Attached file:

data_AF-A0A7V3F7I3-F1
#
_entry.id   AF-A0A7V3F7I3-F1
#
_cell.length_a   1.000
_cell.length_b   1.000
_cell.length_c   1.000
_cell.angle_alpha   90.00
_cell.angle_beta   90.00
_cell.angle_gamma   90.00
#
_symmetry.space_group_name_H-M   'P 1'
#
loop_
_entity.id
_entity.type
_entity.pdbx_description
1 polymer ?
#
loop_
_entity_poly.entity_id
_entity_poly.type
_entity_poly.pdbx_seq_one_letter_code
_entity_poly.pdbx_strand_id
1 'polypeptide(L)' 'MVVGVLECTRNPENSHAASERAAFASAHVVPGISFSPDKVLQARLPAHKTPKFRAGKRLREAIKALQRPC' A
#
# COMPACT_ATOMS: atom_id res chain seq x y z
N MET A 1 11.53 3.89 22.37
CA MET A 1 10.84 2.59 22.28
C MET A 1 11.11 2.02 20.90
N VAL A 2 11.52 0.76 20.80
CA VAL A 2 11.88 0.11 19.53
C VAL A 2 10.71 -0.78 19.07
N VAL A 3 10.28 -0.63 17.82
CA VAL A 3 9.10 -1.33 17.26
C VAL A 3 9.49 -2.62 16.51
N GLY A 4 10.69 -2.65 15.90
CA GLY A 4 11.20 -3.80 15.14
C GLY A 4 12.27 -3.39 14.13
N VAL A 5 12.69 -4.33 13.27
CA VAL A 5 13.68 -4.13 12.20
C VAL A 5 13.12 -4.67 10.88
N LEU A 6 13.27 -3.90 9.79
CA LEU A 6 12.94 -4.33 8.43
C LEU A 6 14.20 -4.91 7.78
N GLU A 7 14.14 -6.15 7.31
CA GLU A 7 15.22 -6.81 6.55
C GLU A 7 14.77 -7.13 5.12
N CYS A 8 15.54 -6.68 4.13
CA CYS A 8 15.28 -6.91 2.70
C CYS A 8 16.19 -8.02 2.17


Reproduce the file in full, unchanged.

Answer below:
data_AF-A0A7V3F7I3-F1
#
_entry.id   AF-A0A7V3F7I3-F1
#
_cell.length_a   1.000
_cell.length_b   1.000
_cell.length_c   1.000
_cell.angle_alpha   90.00
_cell.angle_beta   90.00
_cell.angle_gamma   90.00
#
_symmetry.space_group_name_H-M   'P 1'
#
loop_
_entity.id
_entity.type
_entity.pdbx_description
1 polymer ?
#
loop_
_entity_poly.entity_id
_entity_poly.type
_entity_poly.pdbx_seq_one_letter_code
_entity_poly.pdbx_strand_id
1 'polypeptide(L)' 'MVVGVLECTRNPENSHAASERAAFASAHVVPGISFSPDKVLQARLPAHKTPKFRAGKRLREAIKALQRPC' A
#
# COMPACT_ATOMS: atom_id res chain seq x y z
N MET A 1 11.53 3.89 22.37
CA MET A 1 10.84 2.59 22.28
C MET A 1 11.11 2.02 20.90
N VAL A 2 11.52 0.76 20.80
CA VAL A 2 11.88 0.11 19.53
C VAL A 2 10.71 -0.78 19.07
N VAL A 3 10.28 -0.63 17.82
CA VAL A 3 9.10 -1.33 17.26
C VAL A 3 9.49 -2.62 16.51
N GLY A 4 10.69 -2.65 15.90
CA GLY A 4 11.20 -3.80 15.14
C GLY A 4 12.27 -3.39 14.13
N VAL A 5 12.69 -4.33 13.27
CA VAL A 5 13.68 -4.13 12.20
C VAL A 5 13.12 -4.67 10.88
N LEU A 6 13.27 -3.90 9.79
CA LEU A 6 12.94 -4.33 8.43
C LEU A 6 14.20 -4.91 7.78
N GLU A 7 14.14 -6.15 7.31
CA GLU A 7 15.22 -6.81 6.55
C GLU A 7 14.77 -7.13 5.12
N CYS A 8 15.54 -6.68 4.13
CA CYS A 8 15.28 -6.91 2.70
C CYS A 8 16.19 -8.02 2.17